If you frequently make software changes (installing, uninstalling, updates, etc.) to your computer, you may want to have Windows Backup run more often. Remember that Windows Backup typically includes all your personal files (Desktop, Documents, Downloads, Music, Pictures, and Videos).

Windows 11 File History

Windows 11 File History main screen

File History creates time-stamped versions of your personal files; Libraries (Camera Roll, Documents, Music, Pictures, Saved Pictures, and Videos), Desktop, Contacts, and Favorites. It saves your files on a regular schedule, from 10 minutes to daily (every hour is the default), adding the date and time to the file name.

File History saves backup file versions from 1 month to forever or until space is needed (forever is the default). It does not use any compression or encryption when saving files, so you can easily navigate through them and preview or open any that you want to view. You also access the backup files from another computer, and no special software is required.

Now you can exclude folders from being backup by File History, but you cannot add folders. The only way to add folders to the list of items to be backed up is by creating a new library, But for most Windows 11 users, the default libraries are more than enough.

Windows 11 Windows Backup

Windows 11 Windows Backup main screen

Windows Backup creates an encrypted and compressed backup image of your computer that can only be accessed through Windows Backup or a Recovery Drive. Windows Backup can restore individual folders and files, and a Recovery Drive can restore a complete drive image.

You can set up Windows Backup to run on a set schedule, or you can run it on demand. Windows Backup, by default, is set to perform incremental backups, which means that every time you run it, it backs up only files that have changed since the last backup.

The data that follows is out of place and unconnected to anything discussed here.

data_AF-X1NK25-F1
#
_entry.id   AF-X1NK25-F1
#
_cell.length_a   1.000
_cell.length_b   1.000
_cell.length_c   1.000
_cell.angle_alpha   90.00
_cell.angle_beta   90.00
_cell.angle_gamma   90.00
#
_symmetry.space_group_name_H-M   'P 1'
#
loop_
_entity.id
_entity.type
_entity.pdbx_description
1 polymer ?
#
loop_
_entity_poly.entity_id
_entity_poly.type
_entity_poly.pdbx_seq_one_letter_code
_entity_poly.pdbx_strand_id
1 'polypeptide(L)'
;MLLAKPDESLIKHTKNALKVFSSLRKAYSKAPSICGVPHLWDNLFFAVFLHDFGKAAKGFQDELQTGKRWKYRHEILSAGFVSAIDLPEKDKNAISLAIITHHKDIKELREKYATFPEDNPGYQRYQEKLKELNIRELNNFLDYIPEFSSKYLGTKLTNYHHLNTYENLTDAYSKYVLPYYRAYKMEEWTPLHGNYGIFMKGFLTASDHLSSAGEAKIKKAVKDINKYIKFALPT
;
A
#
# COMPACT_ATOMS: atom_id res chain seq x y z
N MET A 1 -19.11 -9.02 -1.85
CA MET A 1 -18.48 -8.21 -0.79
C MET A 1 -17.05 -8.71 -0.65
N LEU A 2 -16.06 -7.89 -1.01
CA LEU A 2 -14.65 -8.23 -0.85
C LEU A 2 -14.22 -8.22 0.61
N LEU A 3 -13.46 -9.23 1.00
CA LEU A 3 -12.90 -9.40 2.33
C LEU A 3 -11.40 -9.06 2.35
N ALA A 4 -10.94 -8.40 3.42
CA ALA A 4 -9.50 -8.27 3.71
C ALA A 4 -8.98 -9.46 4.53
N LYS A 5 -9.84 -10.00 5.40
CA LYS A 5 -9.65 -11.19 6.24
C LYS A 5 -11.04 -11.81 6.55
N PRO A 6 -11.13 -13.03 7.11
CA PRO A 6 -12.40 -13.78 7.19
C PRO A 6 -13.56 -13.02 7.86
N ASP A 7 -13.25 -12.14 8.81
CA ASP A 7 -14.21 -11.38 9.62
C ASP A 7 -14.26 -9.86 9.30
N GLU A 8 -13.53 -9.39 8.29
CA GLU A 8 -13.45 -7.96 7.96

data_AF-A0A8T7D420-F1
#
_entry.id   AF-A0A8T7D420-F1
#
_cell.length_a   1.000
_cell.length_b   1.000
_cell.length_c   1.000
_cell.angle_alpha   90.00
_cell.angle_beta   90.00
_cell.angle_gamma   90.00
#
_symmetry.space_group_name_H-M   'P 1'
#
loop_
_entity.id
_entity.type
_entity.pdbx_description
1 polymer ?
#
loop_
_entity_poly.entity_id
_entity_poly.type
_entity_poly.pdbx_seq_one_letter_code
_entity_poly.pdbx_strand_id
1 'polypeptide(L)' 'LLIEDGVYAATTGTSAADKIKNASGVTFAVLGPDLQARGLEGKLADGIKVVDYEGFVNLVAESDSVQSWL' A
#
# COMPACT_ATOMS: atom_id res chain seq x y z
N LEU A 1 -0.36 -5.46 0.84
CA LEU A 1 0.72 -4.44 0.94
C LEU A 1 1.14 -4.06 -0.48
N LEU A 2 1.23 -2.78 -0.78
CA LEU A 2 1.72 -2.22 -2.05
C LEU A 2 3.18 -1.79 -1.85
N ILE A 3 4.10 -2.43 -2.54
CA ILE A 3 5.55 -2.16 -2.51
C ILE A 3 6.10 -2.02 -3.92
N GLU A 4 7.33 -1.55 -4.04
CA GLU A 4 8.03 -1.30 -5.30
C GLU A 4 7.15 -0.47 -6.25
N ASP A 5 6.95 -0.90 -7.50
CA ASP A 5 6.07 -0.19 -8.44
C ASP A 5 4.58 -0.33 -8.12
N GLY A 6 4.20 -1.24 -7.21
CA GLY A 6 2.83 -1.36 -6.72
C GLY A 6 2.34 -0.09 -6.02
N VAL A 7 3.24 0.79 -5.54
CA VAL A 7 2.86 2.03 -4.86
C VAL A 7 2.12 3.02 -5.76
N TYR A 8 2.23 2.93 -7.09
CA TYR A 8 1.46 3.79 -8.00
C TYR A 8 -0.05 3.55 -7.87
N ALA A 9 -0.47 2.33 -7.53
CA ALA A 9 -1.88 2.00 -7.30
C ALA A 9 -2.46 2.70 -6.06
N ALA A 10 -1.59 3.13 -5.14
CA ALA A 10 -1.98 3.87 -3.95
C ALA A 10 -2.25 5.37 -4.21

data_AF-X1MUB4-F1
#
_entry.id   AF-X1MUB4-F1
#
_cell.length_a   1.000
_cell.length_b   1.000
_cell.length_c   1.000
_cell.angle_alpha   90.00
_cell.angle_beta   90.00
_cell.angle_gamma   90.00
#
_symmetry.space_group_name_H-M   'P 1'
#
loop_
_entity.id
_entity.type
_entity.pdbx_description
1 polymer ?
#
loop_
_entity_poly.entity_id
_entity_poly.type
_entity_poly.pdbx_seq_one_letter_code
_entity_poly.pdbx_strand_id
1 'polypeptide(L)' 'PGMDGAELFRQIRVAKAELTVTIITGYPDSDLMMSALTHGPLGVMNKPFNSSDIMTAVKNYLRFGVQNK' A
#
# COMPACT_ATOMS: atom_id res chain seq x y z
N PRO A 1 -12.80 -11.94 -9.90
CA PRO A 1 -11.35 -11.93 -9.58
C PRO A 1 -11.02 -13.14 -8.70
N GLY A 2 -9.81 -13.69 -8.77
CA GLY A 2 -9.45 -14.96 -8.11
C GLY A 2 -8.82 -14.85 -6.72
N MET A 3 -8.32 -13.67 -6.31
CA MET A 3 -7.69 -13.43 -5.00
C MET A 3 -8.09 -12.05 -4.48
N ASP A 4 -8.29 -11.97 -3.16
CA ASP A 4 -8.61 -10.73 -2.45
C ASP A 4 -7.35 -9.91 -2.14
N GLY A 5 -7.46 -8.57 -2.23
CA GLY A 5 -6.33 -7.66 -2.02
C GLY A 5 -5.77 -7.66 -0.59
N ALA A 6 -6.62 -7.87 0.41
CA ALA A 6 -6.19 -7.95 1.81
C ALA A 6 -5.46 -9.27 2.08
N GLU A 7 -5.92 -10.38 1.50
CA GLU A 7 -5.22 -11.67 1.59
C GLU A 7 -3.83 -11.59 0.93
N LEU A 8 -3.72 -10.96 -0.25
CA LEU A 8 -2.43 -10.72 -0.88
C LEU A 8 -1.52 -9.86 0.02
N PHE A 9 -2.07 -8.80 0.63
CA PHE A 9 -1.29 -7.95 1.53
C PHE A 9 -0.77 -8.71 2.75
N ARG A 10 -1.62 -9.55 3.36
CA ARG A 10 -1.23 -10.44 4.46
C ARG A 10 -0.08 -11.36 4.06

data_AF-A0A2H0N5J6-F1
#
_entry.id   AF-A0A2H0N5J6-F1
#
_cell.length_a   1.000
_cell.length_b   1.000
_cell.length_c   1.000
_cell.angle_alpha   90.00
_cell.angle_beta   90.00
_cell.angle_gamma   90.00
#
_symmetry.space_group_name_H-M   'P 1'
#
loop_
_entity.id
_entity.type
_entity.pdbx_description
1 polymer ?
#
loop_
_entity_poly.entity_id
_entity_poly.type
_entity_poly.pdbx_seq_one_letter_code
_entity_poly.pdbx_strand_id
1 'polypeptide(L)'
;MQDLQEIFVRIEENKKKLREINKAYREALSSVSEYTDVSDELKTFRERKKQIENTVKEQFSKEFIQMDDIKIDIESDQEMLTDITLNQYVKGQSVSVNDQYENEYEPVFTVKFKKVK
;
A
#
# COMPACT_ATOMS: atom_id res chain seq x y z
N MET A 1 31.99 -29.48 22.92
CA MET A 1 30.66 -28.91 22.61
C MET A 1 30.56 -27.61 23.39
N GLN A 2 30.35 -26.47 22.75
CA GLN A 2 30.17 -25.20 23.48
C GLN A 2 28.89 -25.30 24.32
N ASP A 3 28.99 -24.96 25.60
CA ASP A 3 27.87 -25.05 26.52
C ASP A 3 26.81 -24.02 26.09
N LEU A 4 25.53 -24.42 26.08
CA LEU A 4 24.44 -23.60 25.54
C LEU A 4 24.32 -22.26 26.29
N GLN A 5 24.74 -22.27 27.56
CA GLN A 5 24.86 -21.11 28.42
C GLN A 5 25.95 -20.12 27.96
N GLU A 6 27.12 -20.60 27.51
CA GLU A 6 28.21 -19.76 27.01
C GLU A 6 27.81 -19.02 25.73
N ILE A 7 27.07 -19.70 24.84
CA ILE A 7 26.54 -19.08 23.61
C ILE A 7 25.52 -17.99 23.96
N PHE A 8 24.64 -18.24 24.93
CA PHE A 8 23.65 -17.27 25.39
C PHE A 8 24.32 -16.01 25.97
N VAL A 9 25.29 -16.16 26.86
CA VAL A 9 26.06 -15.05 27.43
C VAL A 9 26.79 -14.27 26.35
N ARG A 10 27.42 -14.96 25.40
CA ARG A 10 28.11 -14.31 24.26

You can customize which files and folders it backs up, but I recommend using the Let Windows choose (system image) option. I have restored numerous failed drives using a Recovery Drive and a system image, and it works great and can be a lifesaver.

How to access and configure Windows Backup and File History

The Control Panel is the only way to get to Windows Backup or File History. There are several ways to get to the Control Panel inside of Windows 11, so here is an article on all the different ways to get there. The following is the most straightforward way of doing it.

  1. Left-click on the Start Windows logo key button to bring up the Start menu.
  2. In the upper right-hand corner of the Start menu, left-click on All apps.
  3. Scroll down the list of programs and left-click on Windows Tools.
  4. Left-click on Control Panel.
  5. If viewing the Control Panel by Category, left-click on either Save backup copies of your files with File History or Backup and Restore (Windows 7) under System and Security. If viewing by Large/Small Icons, left-click on either Backup and Restore (Windows 7) or File History.

How to configure File History

Once File History is open, you will find four (4) options in the left-hand column; Restore personal files, Select drive, Exclude folders, and Advanced settings. You first need to select the drive you want to use for backing up files. Remember, you can only use external or network drives, so make sure you can access that drive before you start to set up File History.

Once you select your backup drive, you can omit any of your personal folders (Exclude folders) you do not want to backup (Camera Roll, Documents, Music, Pictures, Saved Pictures, and Videos). You can also change how often your files get backup and how long to keep saved versions (Advanced settings).

How to configure Windows Backup

Once you have Windows Backup (Backup and Restore (Windows 7)) open, select the Set up backup link in the right column.
Windows 11 Windows Backup starting screen
This will start Windows Backup, and you will be prompted as to where you want to save your backup.

After selecting where to save your backup, you will be prompted for what to backup.
Choose what to backup screen
You will get two (2) choices; Let Windows choose (recommended) or Let me choose. I highly recommend the Let Windows choose option, as it will create a system image that can be used for bare metal recovery.

Once you have selected what to backup, you will be prompted to review your backup settings.
Review your Windows Backup settings
Next, you will need to set up a backup schedule. Quite often, the default once a week on Sunday at 7:00 PM will work but can be changed to fit your schedule.

After you set the schedule, left-click on the Save settings and run backup button, and Windows Backup will perform the first backup. Remember that you need to be connected to the drive you have chosen for Windows Backup to use before the scheduled time.